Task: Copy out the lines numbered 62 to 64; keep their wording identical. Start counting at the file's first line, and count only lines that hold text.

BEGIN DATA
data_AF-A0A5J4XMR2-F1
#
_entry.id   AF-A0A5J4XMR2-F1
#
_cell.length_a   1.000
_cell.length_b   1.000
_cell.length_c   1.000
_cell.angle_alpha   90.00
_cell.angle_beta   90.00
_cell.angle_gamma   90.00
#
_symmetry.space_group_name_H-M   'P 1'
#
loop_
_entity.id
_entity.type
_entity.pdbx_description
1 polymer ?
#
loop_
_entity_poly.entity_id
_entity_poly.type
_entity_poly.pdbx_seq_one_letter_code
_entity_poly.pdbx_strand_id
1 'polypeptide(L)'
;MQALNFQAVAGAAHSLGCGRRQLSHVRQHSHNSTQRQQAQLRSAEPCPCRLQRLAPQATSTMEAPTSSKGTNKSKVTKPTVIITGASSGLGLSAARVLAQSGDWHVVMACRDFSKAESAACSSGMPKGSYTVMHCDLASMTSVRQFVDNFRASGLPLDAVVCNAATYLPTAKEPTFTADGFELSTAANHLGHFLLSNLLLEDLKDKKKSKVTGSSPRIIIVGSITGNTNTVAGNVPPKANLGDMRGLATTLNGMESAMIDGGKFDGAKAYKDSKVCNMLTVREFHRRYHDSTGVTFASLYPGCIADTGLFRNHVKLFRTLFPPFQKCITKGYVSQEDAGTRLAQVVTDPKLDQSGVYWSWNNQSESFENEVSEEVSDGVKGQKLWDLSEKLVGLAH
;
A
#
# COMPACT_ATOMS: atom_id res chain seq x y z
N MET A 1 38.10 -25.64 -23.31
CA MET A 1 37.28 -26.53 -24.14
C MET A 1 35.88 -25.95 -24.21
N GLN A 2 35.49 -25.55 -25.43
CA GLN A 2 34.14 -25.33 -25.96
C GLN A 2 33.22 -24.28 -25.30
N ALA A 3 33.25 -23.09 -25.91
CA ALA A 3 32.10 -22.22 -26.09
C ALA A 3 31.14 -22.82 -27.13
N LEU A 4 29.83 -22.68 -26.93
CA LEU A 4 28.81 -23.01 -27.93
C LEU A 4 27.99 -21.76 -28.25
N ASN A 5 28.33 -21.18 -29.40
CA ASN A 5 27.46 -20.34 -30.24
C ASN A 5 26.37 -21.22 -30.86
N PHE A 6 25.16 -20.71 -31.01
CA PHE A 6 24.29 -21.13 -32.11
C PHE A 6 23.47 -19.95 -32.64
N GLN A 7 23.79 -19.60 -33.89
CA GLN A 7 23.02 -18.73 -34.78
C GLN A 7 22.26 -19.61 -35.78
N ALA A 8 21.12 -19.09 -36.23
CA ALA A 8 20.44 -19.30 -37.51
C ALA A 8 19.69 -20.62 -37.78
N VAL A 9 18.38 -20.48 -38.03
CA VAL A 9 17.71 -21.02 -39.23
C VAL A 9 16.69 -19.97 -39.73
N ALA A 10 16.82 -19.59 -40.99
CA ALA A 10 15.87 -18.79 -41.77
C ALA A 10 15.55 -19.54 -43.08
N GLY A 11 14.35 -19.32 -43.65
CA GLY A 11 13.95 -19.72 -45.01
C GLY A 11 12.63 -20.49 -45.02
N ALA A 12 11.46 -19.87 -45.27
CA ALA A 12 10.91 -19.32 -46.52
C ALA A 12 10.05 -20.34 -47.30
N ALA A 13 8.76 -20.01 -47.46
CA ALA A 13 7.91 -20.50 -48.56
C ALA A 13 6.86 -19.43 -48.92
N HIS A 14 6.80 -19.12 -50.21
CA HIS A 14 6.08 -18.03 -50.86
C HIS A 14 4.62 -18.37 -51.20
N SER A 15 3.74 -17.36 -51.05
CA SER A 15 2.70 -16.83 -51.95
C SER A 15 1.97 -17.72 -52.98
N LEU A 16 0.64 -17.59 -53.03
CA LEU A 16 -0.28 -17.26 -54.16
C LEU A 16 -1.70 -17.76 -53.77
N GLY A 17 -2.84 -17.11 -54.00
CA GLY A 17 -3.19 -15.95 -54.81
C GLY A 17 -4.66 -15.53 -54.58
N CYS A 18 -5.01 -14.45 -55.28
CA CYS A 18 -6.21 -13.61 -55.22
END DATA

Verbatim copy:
CA GLY A 11 13.95 -19.72 -45.01
C GLY A 11 12.63 -20.49 -45.02
N ALA A 12 11.46 -19.87 -45.27